The questions facing developers who decide to take a cross-platform approach to apps must be endless. Are the code bases parallel? Is the user interface consistent? And perhaps most importantly, is this really worth all the effort?
Gingee says its arcade games demo is a great example of arcade games running smoothly on all devices.
At the AppsWorld North America conference in San Francisco earlier this month, experts said that the choice comes down to going native, creating a hybrid app, using HTML5 or, increasingly, working with a cross-platform development tool.
Of course, scores of cross-platform development tools already are on the market, with PhoneGap, Appcelerator, Adobe AIR, Sencha and Qt among the most popular. But according to a benchmark report from London-based Research2Guidance, only 11 cross-platform tools out there are known by more than 20 percent of the app developer community. This makes finding the right solution almost as much work as the effort to develop a cross-platform app itself, said Ralf-Gordon Jahns, the report's author. But the increased use of such tools may be inevitable.
"They will sooner rather than later look at those tools and find out which of them meet their requirements because they want to reduce development cost," he told FierceDeveloper. "It's only a matter of time when these kinds of tools in general become more popular."
Gingee is among the firms hoping to still find room in a crowded sector. Gingee recently launched a free downloadable toolset that is intended to let users drag and drop objects to create apps for iOS, all Android versions, BlackBerry and the mobile Web without coding. Based on a proprietary algorithm that analyzes relations between objects and maps them uniformly to all operating systems and devices, the technology is designed to offer near-native performance.
According to Gingee CEO and co-founder Roei Livneh, the company started out making its own social and mobile gaming apps for a dozen years before getting frustrated by the challenges of extending its reach to the increasing variety of devices and OSes.
"We wanted to target iOS, but it's not possible to create a product that will run on iPad and iPhone with the same look," he said. "This was not a fair race. The big guys would have the money to have multiple pipelines [to develop for iOS, Android or another platform], while for us as a small developer, we had no chance whatsoever."
Native vs. HTML5 debate continues
Not everyone sees cross-platform tools as the answer, however. "If you are looking for the best consumer experience, if you want your brand to stand out, [you'll want] a native mobile app. It's money well spent," said Scott Wasserman, founder and CTO at Artisan Mobile, which offers a framework for developing native apps. "The mobile audience is very fickle and can get turned off by the simplest things. It can make your brand reflect poorly. I think you get what you pay for."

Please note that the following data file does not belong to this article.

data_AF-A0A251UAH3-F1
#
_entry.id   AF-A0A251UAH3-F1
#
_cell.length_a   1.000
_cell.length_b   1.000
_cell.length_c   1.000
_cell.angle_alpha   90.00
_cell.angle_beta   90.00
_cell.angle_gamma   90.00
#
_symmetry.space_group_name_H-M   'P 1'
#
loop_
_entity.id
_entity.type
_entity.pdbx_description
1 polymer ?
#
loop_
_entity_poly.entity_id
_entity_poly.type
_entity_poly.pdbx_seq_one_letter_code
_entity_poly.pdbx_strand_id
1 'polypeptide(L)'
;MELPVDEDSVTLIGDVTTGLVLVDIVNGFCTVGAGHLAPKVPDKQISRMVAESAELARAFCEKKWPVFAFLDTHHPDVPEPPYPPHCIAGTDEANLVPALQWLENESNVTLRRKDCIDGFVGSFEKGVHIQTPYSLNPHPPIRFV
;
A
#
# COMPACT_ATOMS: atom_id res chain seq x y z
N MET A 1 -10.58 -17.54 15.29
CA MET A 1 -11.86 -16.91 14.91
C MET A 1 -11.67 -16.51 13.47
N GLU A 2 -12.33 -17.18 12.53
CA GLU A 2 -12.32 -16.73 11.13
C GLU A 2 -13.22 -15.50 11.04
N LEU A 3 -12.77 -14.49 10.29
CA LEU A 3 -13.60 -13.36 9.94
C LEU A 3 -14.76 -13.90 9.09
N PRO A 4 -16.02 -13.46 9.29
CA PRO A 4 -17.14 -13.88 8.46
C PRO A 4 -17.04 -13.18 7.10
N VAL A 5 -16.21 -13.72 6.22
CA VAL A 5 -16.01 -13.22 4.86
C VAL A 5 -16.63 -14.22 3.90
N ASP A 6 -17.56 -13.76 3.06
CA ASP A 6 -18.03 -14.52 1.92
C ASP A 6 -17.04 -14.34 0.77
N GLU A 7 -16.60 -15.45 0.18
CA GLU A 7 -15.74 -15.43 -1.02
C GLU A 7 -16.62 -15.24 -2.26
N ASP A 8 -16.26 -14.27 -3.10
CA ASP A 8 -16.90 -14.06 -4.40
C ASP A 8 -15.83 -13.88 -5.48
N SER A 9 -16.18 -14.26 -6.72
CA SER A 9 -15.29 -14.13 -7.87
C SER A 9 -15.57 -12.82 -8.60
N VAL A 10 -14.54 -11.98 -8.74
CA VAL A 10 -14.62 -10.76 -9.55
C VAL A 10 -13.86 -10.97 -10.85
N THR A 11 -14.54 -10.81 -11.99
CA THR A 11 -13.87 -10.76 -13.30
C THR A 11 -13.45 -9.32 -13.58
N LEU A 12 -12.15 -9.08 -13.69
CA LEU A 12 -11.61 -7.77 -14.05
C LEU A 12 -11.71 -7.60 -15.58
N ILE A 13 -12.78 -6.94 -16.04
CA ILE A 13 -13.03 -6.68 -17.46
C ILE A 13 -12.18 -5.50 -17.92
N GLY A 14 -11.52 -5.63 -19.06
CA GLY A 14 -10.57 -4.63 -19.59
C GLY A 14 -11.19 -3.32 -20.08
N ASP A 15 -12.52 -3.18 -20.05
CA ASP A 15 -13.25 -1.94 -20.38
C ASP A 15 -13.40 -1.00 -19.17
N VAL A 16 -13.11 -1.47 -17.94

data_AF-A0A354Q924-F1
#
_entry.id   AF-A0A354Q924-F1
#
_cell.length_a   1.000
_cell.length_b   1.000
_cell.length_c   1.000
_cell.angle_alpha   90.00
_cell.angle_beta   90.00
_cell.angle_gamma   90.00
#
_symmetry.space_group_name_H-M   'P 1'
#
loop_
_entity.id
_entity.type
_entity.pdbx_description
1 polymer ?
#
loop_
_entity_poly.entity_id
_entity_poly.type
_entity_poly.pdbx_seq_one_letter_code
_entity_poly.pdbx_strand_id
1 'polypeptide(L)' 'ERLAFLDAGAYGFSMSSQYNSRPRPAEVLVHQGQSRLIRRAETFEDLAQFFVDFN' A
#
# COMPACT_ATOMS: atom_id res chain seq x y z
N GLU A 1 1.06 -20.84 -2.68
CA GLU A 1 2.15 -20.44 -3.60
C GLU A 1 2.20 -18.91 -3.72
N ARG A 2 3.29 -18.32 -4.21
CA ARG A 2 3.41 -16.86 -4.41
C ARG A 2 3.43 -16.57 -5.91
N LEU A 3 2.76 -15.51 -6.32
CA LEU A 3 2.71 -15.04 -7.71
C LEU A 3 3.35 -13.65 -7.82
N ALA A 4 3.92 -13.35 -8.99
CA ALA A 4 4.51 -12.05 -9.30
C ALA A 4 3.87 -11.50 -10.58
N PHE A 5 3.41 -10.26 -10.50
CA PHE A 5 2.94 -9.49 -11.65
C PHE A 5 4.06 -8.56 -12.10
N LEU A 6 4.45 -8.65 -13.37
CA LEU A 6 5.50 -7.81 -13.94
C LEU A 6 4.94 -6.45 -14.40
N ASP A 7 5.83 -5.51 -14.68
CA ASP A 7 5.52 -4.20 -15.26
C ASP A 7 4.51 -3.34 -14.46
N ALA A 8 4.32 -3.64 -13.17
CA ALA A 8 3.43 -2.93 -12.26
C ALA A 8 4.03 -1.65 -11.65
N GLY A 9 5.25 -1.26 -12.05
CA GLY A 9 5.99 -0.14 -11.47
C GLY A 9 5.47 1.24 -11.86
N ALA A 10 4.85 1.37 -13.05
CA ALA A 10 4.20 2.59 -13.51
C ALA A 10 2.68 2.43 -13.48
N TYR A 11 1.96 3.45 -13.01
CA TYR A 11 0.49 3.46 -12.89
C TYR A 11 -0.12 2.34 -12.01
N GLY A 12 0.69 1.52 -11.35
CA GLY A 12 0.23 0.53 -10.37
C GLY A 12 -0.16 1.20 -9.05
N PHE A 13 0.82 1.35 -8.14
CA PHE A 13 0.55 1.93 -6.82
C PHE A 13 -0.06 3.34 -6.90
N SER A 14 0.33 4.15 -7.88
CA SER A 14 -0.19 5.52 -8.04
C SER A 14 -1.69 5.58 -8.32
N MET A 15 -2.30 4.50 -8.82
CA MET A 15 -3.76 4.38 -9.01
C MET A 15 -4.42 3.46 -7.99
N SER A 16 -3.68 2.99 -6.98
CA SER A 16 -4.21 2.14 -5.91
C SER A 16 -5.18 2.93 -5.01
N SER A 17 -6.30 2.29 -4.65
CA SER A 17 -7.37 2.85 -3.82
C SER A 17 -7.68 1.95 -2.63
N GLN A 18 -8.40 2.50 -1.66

Jerry Cheng wasn't so sure. The director of mobile engineering at Coupons.com recalled an early Bank of America mobile app, which he noticed was built on HMTL5. "It was slow--I think they've now switched to a native app--but it's not something where I would switch my bank because an app was written in HTML5," he said. "What you often find is once you start developing, there are quirks inside Android vs. iOS and you will find you have to start customizing because the performance on certain rendering engines is different."
Meanwhile, although Vision Mobile's most recent Developer Economics study said 16 percent of developers will be adopting HTML5 to address cross-platform challenges, Livneh shares Facebook CEO Mark Zuckerberg's view that the technology just doesn't cut it.
"We were no different. We were sure we could work with HTML5," he said. "But we needed to offer in-depth game-lay with a lot of graphics and assets and things that needed to perform very well. HTML5 failed to allow us that."
Livneh said he hopes Gingee will be seen as easy to use as PhotoShop, which he believes could be a differentiator among the other choices available to developers. "I appreciate that there are a lot of other cross-platform tools out there," he said.
Jahns said all cross-platform tool vendors face a major challenge in raising awareness around developers, but it helps if they can carve out a specific niche.
"If they concentrate on a certain app category or industry, that can make a difference," he said. Jahns added that despite the many vendors offering cross-platform tools, he doesn't expect to see a significant amount of merger and acquisition activity in the coming year, which means tools developers adopt today probably won't disappear tomorrow. "It's not where investors are focused."